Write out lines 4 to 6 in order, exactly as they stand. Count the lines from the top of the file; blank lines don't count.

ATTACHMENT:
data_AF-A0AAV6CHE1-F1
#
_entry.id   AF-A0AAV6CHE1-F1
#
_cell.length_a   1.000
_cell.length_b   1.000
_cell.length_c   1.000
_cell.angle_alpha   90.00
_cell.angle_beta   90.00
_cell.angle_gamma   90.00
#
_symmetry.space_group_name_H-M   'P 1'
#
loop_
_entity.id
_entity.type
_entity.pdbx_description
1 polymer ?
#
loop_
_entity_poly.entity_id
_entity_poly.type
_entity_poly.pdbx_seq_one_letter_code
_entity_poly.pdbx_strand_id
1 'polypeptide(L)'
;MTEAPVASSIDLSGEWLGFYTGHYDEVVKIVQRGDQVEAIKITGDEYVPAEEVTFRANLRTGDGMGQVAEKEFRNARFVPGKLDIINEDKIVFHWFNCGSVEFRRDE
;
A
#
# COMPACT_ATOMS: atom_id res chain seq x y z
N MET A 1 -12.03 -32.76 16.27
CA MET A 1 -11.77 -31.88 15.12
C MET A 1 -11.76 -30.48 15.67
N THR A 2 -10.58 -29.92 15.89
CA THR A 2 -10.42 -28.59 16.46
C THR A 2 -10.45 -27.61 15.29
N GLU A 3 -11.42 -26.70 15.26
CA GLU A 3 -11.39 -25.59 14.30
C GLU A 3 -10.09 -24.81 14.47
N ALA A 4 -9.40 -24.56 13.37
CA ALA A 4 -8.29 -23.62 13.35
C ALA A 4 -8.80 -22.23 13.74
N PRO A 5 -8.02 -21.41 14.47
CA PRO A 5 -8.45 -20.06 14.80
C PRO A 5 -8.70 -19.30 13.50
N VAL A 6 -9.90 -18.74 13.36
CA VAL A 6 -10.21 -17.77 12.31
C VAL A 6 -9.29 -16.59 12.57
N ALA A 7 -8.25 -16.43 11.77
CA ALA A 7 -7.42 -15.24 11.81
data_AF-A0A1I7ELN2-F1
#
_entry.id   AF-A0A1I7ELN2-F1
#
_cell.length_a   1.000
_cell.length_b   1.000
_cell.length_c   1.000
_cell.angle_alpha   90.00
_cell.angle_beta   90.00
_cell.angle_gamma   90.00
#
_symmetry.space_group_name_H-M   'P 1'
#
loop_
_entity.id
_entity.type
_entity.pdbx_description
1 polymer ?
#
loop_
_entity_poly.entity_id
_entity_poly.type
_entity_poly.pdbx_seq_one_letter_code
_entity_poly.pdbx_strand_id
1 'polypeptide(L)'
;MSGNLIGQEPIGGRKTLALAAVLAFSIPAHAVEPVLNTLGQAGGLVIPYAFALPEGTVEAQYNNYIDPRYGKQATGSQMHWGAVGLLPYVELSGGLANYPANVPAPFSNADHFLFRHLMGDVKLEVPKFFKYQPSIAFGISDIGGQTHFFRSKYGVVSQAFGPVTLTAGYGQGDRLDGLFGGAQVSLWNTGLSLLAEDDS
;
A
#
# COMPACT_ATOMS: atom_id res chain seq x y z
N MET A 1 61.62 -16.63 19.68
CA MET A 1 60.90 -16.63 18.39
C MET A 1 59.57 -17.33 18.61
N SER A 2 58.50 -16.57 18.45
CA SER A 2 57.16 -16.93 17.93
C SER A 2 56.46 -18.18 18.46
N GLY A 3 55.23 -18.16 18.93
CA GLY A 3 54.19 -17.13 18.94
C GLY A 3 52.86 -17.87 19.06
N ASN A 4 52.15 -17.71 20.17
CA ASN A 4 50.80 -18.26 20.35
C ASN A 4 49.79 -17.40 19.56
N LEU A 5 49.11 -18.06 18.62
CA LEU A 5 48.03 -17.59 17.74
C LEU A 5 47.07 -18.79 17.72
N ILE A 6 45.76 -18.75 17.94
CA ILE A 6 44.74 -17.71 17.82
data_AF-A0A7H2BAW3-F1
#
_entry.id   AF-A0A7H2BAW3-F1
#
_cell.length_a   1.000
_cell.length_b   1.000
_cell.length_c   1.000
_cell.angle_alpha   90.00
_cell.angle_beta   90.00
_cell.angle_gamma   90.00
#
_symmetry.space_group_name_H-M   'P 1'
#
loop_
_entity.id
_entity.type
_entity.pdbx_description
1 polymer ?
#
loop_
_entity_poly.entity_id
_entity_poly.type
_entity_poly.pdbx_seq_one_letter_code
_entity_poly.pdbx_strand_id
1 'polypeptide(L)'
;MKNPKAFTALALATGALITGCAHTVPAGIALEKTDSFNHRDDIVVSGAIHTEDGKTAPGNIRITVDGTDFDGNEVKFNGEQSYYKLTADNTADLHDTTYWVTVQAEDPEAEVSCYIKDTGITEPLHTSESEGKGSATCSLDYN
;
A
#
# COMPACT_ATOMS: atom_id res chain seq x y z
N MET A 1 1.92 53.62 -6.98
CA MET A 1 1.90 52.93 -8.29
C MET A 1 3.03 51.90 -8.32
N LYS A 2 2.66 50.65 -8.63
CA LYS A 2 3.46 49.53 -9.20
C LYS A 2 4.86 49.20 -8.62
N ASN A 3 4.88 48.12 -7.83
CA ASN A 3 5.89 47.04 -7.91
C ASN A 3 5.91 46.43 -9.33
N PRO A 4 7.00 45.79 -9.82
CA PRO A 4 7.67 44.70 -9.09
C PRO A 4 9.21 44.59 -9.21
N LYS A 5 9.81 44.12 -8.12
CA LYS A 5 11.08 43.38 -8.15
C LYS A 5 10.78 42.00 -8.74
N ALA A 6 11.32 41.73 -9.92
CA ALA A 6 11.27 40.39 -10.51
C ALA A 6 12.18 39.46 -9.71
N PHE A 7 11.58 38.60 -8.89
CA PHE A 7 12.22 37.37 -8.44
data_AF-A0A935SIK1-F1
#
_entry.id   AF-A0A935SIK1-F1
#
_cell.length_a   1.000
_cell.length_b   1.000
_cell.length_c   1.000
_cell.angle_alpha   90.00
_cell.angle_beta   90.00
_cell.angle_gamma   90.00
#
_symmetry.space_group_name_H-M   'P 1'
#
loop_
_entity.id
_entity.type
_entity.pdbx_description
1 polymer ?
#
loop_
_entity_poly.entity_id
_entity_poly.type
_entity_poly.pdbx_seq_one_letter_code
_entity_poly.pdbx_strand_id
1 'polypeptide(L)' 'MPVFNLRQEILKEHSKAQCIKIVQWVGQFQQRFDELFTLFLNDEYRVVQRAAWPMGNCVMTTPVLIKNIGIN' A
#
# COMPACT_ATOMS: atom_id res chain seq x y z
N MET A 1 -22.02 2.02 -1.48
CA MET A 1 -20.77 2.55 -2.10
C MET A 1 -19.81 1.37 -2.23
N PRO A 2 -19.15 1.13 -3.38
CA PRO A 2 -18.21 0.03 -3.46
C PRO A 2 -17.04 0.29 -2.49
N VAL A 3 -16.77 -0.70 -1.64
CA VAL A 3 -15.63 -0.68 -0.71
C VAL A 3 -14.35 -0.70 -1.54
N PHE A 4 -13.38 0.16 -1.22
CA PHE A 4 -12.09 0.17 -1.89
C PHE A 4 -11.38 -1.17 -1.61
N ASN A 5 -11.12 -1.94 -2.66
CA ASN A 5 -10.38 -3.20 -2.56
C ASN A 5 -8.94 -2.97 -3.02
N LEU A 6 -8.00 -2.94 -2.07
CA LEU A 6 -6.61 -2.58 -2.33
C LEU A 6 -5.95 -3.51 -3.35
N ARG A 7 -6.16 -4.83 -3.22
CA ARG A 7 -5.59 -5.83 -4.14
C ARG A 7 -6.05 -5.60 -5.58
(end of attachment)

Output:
#
_cell.length_a   1.000
_cell.length_b   1.000